Think you're too old to learn new tricks? If you do, read no further.
“Focusing on yourself all the time, on your problems, your worries, is dis-empowering,” says Scottsdale, Ariz. retired therapist Sharon Cotter.
“Take a moment each day to think about what you’ve done to make others feel better, even if it’s something as simple as sending a text of encouragement to a friend.”
If you focus on strengthening your relationships, she says, you feel better about yourself and more connected to the world.
Imagine what someone you admire would do
Dr. Simon Rego, director of psychology training at Montefiore Medical Center/Albert Einstein College of Medicine in New York City, says you can use your imagination to boost confidence. “Think of someone you admire for his or her self-confidence and imagine being that person in situations in which you want to be more self-confident,” he says, “Over time and practice, you may not need to imagine anymore.” You’ll have picked up the patterns and habits of this person’s confident manner and claim them for yourself automatically.
Learning martial arts - although the #1 piece of advice instructor Mary Clare Bland would offer believing it to be the “single best system” for self-empowerment - may seem daunting to many, so she suggests her next best system: making a to-do list every day, or at the beginning of every week. Completing the tasks on the list is the same as achieving a new goal, she says. “Done repeatedly, this will build confidence and self-esteem,” notes Bland.
Put more faith, and time, into your natural talents
As a confidence-building strategy, holistic health coach Georgianne Holland encourages recognizing your inherent talents and taking advantage of those natural skills or the things at which you’ve always been good, things that have garnered you compliments, such as organizing, singing or cooking. “Adults are notorious for playing down their natural strengths, rather than using them to the fullest [in a new career],” she says.
If something is easy for us, notes Holland, we think it has less value when, in fact, it’s the opposite. We can use our natural talents not only to forge a new career, but perhaps help a nonprofit (sing at a benefit), or a bereaved friend in need (cook a hot meal). “When we flex our natural strengths, we can feel empowered on a dragging day, as well as support others…This exchange of energy is uplifting for everyone,” she says.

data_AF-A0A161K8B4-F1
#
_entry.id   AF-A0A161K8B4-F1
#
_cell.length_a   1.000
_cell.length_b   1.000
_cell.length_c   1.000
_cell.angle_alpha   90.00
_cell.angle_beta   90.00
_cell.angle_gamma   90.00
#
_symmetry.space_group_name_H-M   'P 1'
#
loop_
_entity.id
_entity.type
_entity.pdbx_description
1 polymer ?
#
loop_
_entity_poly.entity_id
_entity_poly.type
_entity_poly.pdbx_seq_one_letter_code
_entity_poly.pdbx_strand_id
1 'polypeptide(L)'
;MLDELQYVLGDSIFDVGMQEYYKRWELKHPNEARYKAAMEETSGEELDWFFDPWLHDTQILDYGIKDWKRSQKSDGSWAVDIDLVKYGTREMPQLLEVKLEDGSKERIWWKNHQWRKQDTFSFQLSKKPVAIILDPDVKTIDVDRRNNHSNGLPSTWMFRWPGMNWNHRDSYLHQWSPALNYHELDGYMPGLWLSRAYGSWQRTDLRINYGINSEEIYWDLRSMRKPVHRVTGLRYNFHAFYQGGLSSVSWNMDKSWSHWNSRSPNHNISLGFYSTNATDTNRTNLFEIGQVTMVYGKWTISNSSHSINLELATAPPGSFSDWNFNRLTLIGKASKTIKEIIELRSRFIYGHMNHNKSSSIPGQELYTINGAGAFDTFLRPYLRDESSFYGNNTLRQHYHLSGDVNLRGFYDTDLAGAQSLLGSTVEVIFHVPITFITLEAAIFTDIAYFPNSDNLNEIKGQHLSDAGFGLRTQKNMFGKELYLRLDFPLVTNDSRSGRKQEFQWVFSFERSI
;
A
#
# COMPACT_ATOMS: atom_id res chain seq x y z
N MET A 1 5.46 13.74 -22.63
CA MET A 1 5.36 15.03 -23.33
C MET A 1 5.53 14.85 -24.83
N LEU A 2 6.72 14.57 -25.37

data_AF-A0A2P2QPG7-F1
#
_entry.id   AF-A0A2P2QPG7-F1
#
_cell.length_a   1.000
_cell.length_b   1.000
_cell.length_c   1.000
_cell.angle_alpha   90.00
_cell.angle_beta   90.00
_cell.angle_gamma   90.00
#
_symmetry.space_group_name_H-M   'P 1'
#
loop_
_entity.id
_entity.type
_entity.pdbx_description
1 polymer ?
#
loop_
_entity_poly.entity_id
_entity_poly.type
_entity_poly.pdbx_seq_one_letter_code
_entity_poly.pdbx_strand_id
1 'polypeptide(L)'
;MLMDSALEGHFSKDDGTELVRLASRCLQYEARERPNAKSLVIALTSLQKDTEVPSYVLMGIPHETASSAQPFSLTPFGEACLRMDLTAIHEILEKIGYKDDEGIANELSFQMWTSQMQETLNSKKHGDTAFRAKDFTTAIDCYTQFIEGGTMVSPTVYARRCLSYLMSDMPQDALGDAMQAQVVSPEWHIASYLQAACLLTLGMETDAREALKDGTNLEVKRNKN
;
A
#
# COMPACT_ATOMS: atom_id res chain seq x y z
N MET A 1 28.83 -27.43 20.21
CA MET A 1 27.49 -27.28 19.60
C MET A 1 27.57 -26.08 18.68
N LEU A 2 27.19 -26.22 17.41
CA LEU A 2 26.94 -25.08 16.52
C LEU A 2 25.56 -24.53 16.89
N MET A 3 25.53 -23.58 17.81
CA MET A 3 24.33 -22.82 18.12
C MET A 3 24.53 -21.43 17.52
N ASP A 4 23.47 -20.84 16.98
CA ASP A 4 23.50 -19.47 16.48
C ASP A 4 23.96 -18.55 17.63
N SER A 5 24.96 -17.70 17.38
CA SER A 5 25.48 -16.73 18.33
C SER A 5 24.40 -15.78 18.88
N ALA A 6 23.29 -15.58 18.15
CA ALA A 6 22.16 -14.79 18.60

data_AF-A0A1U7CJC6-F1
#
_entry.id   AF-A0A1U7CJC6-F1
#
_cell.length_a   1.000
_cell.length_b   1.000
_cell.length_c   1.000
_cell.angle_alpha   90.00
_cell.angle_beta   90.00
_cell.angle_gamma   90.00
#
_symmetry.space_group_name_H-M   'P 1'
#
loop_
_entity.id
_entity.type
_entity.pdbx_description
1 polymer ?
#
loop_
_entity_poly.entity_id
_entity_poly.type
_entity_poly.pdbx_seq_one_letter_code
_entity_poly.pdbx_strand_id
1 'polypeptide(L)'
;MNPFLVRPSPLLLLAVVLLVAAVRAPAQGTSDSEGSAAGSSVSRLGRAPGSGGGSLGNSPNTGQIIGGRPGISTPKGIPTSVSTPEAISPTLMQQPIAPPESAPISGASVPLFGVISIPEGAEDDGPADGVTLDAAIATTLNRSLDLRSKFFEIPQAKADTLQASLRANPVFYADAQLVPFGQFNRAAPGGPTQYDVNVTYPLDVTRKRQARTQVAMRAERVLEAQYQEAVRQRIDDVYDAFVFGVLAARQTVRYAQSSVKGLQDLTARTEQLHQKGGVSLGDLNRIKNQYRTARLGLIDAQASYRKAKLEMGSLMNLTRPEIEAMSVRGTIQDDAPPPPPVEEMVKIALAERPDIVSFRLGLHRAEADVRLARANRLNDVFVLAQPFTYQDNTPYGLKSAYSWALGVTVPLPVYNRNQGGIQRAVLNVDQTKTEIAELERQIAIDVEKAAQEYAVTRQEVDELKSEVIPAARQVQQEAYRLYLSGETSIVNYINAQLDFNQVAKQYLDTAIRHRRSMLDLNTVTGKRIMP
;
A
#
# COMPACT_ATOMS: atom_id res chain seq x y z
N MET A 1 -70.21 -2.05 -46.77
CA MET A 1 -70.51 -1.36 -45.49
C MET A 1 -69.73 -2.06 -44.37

Try this easy strategy, recommended by personal fitness trainer Kusha Karvandi: change your computer passwords to a motivational mantra. For example, Better3veryD@y. “The repetition of typing this password in for various things throughout the day will influence your subconscious mind to take more positive action,” Karvandi says. I've already done this one...love it...
Borrow from the healing practice of India, Ayurveda, and take 10 minutes every day to give yourself a body massage, suggests Merel Martens, a yoga instructor from India. Massage your head, face, shoulders, arms, body, legs and feet. “So often we want to change something about ourselves: gain or lose weight, have longer or shorter legs. By giving yourself a massage, you are giving attention to yourself and your body, learning to appreciate it as it is…Loving yourself is highly empowering,” she says. If you prefer, find a place near you that offers short chair massages, then avail yourself of one when you need it.
Finally, the age-old wisdom of exercise
Take a daily walk or bike ride. Exercise, says Dr. Jennifer Burns of the Bienetre Center in Phoenix, Ariz., “helps raise the good endorphins naturally.” Pick something you enjoy so you will want to do it regularly and clearly see progress from your efforts. “When you know that you can do something well, this also helps boost confidence,” she says. Remember this does not have to be overly time-consuming: 15-30 minutes a day, 3-4 times a week is all it takes.
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